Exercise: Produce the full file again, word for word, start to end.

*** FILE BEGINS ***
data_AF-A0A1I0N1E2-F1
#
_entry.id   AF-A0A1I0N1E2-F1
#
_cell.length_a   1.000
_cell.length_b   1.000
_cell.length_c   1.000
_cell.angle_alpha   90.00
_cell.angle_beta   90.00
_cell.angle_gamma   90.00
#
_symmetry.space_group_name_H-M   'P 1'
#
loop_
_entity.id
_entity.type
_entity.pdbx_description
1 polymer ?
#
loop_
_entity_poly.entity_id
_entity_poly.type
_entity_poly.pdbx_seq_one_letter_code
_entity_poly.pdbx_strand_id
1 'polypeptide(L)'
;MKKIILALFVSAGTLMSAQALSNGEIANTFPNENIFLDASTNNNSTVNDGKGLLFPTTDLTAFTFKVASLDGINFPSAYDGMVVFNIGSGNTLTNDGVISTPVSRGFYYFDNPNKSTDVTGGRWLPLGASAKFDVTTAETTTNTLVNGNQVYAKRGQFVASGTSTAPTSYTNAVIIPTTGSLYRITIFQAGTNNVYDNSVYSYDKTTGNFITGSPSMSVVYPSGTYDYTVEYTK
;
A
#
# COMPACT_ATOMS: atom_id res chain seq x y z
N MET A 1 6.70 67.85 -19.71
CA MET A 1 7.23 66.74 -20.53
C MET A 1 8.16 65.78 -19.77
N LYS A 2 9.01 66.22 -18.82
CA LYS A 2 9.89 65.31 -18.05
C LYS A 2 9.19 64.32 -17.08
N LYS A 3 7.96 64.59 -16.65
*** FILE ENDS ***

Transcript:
data_AF-A0A1I0N1E2-F1
#
_entry.id   AF-A0A1I0N1E2-F1
#
_cell.length_a   1.000
_cell.length_b   1.000
_cell.length_c   1.000
_cell.angle_alpha   90.00
_cell.angle_beta   90.00
_cell.angle_gamma   90.00
#
_symmetry.space_group_name_H-M   'P 1'
#
loop_
_entity.id
_entity.type
_entity.pdbx_description
1 polymer ?
#
loop_
_entity_poly.entity_id
_entity_poly.type
_entity_poly.pdbx_seq_one_letter_code
_entity_poly.pdbx_strand_id
1 'polypeptide(L)'
;MKKIILALFVSAGTLMSAQALSNGEIANTFPNENIFLDASTNNNSTVNDGKGLLFPTTDLTAFTFKVASLDGINFPSAYDGMVVFNIGSGNTLTNDGVISTPVSRGFYYFDNPNKSTDVTGGRWLPLGASAKFDVTTAETTTNTLVNGNQVYAKRGQFVASGTSTAPTSYTNAVIIPTTGSLYRITIFQAGTNNVYDNSVYSYDKTTGNFITGSPSMSVVYPSGTYDYTVEYTK
;
A
#
# COMPACT_ATOMS: atom_id res chain seq x y z
N MET A 1 6.70 67.85 -19.71
CA MET A 1 7.23 66.74 -20.53
C MET A 1 8.16 65.78 -19.77
N LYS A 2 9.01 66.22 -18.82
CA LYS A 2 9.89 65.31 -18.05
C LYS A 2 9.19 64.32 -17.08
N LYS A 3 7.96 64.59 -16.65